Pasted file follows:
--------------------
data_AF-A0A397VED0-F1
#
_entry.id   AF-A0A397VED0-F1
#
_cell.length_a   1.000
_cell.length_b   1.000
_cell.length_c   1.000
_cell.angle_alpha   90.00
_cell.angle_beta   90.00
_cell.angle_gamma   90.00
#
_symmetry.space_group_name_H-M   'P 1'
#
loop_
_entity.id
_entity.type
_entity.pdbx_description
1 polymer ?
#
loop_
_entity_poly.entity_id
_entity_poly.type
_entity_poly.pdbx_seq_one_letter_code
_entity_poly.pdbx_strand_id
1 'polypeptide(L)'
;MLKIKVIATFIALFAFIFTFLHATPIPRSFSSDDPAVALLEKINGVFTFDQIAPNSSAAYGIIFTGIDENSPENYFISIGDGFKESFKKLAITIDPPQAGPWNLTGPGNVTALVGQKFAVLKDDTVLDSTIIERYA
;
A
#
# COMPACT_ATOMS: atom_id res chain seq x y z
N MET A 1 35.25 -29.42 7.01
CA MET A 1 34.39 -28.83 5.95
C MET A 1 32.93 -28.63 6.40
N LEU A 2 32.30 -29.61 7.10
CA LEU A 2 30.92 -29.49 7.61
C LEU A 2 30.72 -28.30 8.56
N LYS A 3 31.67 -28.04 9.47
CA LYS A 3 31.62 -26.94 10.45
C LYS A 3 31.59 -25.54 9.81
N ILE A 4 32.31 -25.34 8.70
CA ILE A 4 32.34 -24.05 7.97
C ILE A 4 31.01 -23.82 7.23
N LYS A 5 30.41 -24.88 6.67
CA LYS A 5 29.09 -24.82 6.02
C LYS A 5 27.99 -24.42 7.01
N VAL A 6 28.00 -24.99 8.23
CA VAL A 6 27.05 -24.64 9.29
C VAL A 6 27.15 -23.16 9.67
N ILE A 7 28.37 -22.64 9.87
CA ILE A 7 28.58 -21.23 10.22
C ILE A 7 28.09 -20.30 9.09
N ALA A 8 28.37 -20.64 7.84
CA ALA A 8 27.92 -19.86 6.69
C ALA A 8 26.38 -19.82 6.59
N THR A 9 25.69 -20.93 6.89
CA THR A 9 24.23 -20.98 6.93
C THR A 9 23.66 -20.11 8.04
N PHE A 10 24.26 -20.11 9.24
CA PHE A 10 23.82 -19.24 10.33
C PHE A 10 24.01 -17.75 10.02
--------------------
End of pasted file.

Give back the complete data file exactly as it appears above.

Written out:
data_AF-A0A397VED0-F1
#
_entry.id   AF-A0A397VED0-F1
#
_cell.length_a   1.000
_cell.length_b   1.000
_cell.length_c   1.000
_cell.angle_alpha   90.00
_cell.angle_beta   90.00
_cell.angle_gamma   90.00
#
_symmetry.space_group_name_H-M   'P 1'
#
loop_
_entity.id
_entity.type
_entity.pdbx_description
1 polymer ?
#
loop_
_entity_poly.entity_id
_entity_poly.type
_entity_poly.pdbx_seq_one_letter_code
_entity_poly.pdbx_strand_id
1 'polypeptide(L)'
;MLKIKVIATFIALFAFIFTFLHATPIPRSFSSDDPAVALLEKINGVFTFDQIAPNSSAAYGIIFTGIDENSPENYFISIGDGFKESFKKLAITIDPPQAGPWNLTGPGNVTALVGQKFAVLKDDTVLDSTIIERYA
;
A
#
# COMPACT_ATOMS: atom_id res chain seq x y z
N MET A 1 35.25 -29.42 7.01
CA MET A 1 34.39 -28.83 5.95
C MET A 1 32.93 -28.63 6.40
N LEU A 2 32.30 -29.61 7.10
CA LEU A 2 30.92 -29.49 7.61
C LEU A 2 30.72 -28.30 8.56
N LYS A 3 31.67 -28.04 9.47
CA LYS A 3 31.62 -26.94 10.45
C LYS A 3 31.59 -25.54 9.81
N ILE A 4 32.31 -25.34 8.70
CA ILE A 4 32.34 -24.05 7.97
C ILE A 4 31.01 -23.82 7.23
N LYS A 5 30.41 -24.88 6.67
CA LYS A 5 29.09 -24.82 6.02
C LYS A 5 27.99 -24.42 7.01
N VAL A 6 28.00 -24.99 8.23
CA VAL A 6 27.05 -24.64 9.29
C VAL A 6 27.15 -23.16 9.67
N ILE A 7 28.37 -22.64 9.87
CA ILE A 7 28.58 -21.23 10.22
C ILE A 7 28.09 -20.30 9.09
N ALA A 8 28.37 -20.64 7.84
CA ALA A 8 27.92 -19.86 6.69
C ALA A 8 26.38 -19.82 6.59
N THR A 9 25.69 -20.93 6.89
CA THR A 9 24.23 -20.98 6.93
C THR A 9 23.66 -20.11 8.04
N PHE A 10 24.26 -20.11 9.24
CA PHE A 10 23.82 -19.24 10.33
C PHE A 10 24.01 -17.75 10.02